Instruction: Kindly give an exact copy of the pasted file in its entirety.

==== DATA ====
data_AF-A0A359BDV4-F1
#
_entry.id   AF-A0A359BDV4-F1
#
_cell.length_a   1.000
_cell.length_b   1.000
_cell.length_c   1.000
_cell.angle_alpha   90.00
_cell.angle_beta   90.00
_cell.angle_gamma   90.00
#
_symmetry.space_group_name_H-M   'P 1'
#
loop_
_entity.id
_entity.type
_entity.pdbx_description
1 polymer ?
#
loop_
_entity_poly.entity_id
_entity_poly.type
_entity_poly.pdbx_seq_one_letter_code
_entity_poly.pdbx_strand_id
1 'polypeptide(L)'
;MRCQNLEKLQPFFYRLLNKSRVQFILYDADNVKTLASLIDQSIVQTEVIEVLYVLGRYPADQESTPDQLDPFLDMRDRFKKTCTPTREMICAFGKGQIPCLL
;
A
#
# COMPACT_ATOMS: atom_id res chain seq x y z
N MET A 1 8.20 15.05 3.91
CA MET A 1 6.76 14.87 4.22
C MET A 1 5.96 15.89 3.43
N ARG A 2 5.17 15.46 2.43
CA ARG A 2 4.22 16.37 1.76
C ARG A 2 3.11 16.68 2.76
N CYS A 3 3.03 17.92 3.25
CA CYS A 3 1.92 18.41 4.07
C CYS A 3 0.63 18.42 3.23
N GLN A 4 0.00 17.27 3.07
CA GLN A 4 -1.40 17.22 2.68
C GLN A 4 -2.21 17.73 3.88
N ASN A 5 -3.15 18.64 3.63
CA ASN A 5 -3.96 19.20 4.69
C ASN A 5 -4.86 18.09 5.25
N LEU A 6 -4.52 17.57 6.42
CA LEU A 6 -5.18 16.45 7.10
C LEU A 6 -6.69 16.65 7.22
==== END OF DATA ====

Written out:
data_AF-A0A359BDV4-F1
#
_entry.id   AF-A0A359BDV4-F1
#
_cell.length_a   1.000
_cell.length_b   1.000
_cell.length_c   1.000
_cell.angle_alpha   90.00
_cell.angle_beta   90.00
_cell.angle_gamma   90.00
#
_symmetry.space_group_name_H-M   'P 1'
#
loop_
_entity.id
_entity.type
_entity.pdbx_description
1 polymer ?
#
loop_
_entity_poly.entity_id
_entity_poly.type
_entity_poly.pdbx_seq_one_letter_code
_entity_poly.pdbx_strand_id
1 'polypeptide(L)'
;MRCQNLEKLQPFFYRLLNKSRVQFILYDADNVKTLASLIDQSIVQTEVIEVLYVLGRYPADQESTPDQLDPFLDMRDRFKKTCTPTREMICAFGKGQIPCLL
;
A
#
# COMPACT_ATOMS: atom_id res chain seq x y z
N MET A 1 8.20 15.05 3.91
CA MET A 1 6.76 14.87 4.22
C MET A 1 5.96 15.89 3.43
N ARG A 2 5.17 15.46 2.43
CA ARG A 2 4.22 16.37 1.76
C ARG A 2 3.11 16.68 2.76
N CYS A 3 3.03 17.92 3.25
CA CYS A 3 1.92 18.41 4.07
C CYS A 3 0.63 18.42 3.23
N GLN A 4 0.00 17.27 3.07
CA GLN A 4 -1.40 17.22 2.68
C GLN A 4 -2.21 17.73 3.88
N ASN A 5 -3.15 18.64 3.63
CA ASN A 5 -3.96 19.20 4.69
C ASN A 5 -4.86 18.09 5.25
N LEU A 6 -4.52 17.57 6.42
CA LEU A 6 -5.18 16.45 7.10
C LEU A 6 -6.69 16.65 7.22